Here are five key lessons for salespeople to remember when things go wrong in a real estate deal.

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1. Be careful if anyone tries to blame you for what has happened.

It goes without saying that when problems arise, it is easy for buyers or sellers to try to blame the salespeople for what has happened. In my experience over 34 years, it is rarely the agent’s fault when deals don’t close. You may feel sorry for the clients, but that is all you should feel.

2. What if the client threatens to sue you for what has happened?

Buyers and sellers think that if they threaten a lawsuit, somehow the agent will agree to pay part of their damages to end the matter. Remember, as long as the agent has not committed fraud, they are protected against any lawsuit by their errors and omissions insurance policy, meaning that you don’t pay for your lawyers to defend you. The client will typically be asked to pay at least $5,000 just to retain a lawyer to sue you, with thousands more still to come. In my experience, once clients see how much this is going to cost them, they end any talk of lawsuits.

3. What if the client threatens to report you to the real estate regulator?

Somehow buyers and sellers are of the mistaken belief that the provincial real estate regulators are collection agencies for consumers. Not so. While regulators are supposed to investigate every complaint made against a salesperson or brokerage, they are for the most part looking at whether the salesperson or brokerage followed their duties under the provincial acts for the protection of consumers.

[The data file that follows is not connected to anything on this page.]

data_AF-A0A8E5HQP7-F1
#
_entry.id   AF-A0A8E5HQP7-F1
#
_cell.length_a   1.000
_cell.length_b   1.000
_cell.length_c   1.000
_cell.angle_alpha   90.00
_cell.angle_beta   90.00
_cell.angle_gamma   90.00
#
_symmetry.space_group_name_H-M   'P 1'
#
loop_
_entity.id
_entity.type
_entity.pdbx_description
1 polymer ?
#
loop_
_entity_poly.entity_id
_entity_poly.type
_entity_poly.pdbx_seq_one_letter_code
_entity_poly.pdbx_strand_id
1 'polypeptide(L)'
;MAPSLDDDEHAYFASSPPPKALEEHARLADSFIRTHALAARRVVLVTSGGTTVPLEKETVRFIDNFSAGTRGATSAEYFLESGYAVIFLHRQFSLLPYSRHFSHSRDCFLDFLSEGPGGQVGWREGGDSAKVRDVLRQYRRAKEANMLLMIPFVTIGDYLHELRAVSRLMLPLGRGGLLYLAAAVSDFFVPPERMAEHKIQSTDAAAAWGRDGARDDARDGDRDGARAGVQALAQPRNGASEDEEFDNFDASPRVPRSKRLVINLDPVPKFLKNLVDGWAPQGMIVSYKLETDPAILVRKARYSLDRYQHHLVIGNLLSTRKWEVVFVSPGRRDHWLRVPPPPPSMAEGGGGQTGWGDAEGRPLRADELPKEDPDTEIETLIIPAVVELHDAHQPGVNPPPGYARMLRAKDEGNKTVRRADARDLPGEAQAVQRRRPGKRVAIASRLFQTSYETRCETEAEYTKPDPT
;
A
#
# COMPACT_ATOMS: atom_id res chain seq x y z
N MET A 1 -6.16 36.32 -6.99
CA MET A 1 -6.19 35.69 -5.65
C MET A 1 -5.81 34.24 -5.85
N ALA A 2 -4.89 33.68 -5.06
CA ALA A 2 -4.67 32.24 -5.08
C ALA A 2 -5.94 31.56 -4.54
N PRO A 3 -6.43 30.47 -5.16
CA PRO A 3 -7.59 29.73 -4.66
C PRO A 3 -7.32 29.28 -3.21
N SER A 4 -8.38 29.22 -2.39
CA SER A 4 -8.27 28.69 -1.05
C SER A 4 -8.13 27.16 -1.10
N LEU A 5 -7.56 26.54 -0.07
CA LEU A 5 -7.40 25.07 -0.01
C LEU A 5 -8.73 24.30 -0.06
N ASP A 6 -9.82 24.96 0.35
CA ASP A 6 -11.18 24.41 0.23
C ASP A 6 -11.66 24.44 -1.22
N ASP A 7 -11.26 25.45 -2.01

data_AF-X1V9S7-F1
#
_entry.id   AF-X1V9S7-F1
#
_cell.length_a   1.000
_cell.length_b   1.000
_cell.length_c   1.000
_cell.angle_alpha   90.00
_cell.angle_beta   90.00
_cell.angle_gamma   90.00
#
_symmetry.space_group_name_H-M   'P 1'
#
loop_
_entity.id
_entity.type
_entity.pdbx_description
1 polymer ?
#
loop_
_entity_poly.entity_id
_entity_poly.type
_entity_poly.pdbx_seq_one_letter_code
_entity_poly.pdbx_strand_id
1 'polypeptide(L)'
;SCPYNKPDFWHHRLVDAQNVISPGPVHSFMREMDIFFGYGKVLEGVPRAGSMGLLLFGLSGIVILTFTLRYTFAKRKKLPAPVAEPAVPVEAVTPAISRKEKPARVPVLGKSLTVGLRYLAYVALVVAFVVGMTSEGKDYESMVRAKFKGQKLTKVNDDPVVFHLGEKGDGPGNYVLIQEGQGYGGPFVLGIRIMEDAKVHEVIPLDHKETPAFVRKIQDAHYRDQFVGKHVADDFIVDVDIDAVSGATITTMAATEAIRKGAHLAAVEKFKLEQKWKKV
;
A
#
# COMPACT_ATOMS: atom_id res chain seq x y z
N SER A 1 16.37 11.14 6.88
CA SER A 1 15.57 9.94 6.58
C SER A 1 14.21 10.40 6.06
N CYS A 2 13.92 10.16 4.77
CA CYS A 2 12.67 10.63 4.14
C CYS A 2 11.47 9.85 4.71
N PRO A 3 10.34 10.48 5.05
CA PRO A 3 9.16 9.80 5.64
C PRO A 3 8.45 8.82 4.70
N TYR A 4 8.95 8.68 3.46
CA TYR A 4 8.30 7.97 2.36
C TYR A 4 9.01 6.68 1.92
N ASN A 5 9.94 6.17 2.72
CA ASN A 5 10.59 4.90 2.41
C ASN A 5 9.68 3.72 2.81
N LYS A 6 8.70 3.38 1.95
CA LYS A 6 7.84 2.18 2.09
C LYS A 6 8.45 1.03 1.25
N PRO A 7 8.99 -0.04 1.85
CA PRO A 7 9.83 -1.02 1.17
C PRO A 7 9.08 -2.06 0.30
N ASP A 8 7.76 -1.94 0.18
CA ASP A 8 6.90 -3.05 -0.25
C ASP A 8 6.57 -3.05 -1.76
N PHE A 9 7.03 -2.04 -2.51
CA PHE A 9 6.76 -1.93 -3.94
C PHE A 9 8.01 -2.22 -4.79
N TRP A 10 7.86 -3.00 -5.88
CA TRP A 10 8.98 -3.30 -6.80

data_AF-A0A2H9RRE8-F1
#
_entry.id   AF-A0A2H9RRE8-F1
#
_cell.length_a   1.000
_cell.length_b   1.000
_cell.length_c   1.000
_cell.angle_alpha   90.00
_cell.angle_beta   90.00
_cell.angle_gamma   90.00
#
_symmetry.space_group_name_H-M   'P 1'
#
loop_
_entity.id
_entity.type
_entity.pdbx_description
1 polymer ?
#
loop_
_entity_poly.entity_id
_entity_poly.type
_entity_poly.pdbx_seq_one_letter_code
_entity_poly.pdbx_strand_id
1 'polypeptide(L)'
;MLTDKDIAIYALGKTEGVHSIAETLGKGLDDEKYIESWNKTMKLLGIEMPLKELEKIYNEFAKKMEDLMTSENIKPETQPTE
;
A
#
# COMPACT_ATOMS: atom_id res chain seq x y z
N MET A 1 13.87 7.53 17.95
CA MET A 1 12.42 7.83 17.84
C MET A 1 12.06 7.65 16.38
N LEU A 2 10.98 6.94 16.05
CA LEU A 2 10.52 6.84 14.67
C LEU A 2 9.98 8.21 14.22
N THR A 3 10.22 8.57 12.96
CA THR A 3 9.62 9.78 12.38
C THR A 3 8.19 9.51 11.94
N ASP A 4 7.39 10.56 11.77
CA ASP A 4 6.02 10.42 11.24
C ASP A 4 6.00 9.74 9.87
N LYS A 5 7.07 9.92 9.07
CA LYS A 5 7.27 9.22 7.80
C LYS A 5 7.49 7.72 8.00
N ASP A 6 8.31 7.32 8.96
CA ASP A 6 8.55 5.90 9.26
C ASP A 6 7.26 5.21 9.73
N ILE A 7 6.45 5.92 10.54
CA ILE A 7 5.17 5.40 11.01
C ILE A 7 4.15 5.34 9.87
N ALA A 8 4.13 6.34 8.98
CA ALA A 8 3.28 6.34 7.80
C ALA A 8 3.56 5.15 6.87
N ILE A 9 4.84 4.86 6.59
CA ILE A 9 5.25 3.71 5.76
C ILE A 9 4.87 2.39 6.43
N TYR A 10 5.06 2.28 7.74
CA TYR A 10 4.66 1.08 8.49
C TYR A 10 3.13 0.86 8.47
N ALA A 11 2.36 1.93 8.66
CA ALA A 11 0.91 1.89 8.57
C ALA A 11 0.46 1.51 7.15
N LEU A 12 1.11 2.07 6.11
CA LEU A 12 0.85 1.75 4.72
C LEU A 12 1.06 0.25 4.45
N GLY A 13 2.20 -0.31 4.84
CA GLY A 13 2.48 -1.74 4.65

4. How do I demonstrate to the regulator that I have followed my obligations?

Always make sure that your paperwork is properly documented and that you have a written record of it. This includes making sure that the Working With a Realtor, Buyer Representation Agreement, Listing Agreement (and any amendments thereto) and the Agreement of Purchase and Sale have all been carefully explained and signed and copies have been delivered to the client. Also make sure to document any instructions in writing as well, to avoid any misunderstanding later.

5. Always speak to your broker or manager before responding to any complaint or potential lawsuit.

It is always stressful when someone alleges that you made a mistake and that they are going to suffer a loss because of what you did, or trying to blame you for their situation. Resist the temptation to say something you may regret later. Try something like this as an answer: “I am sorry you feel that way. I will review my file and my notes and will get back to you.” Then go and discuss this with your manager or company lawyer and figure out what your next step should be.


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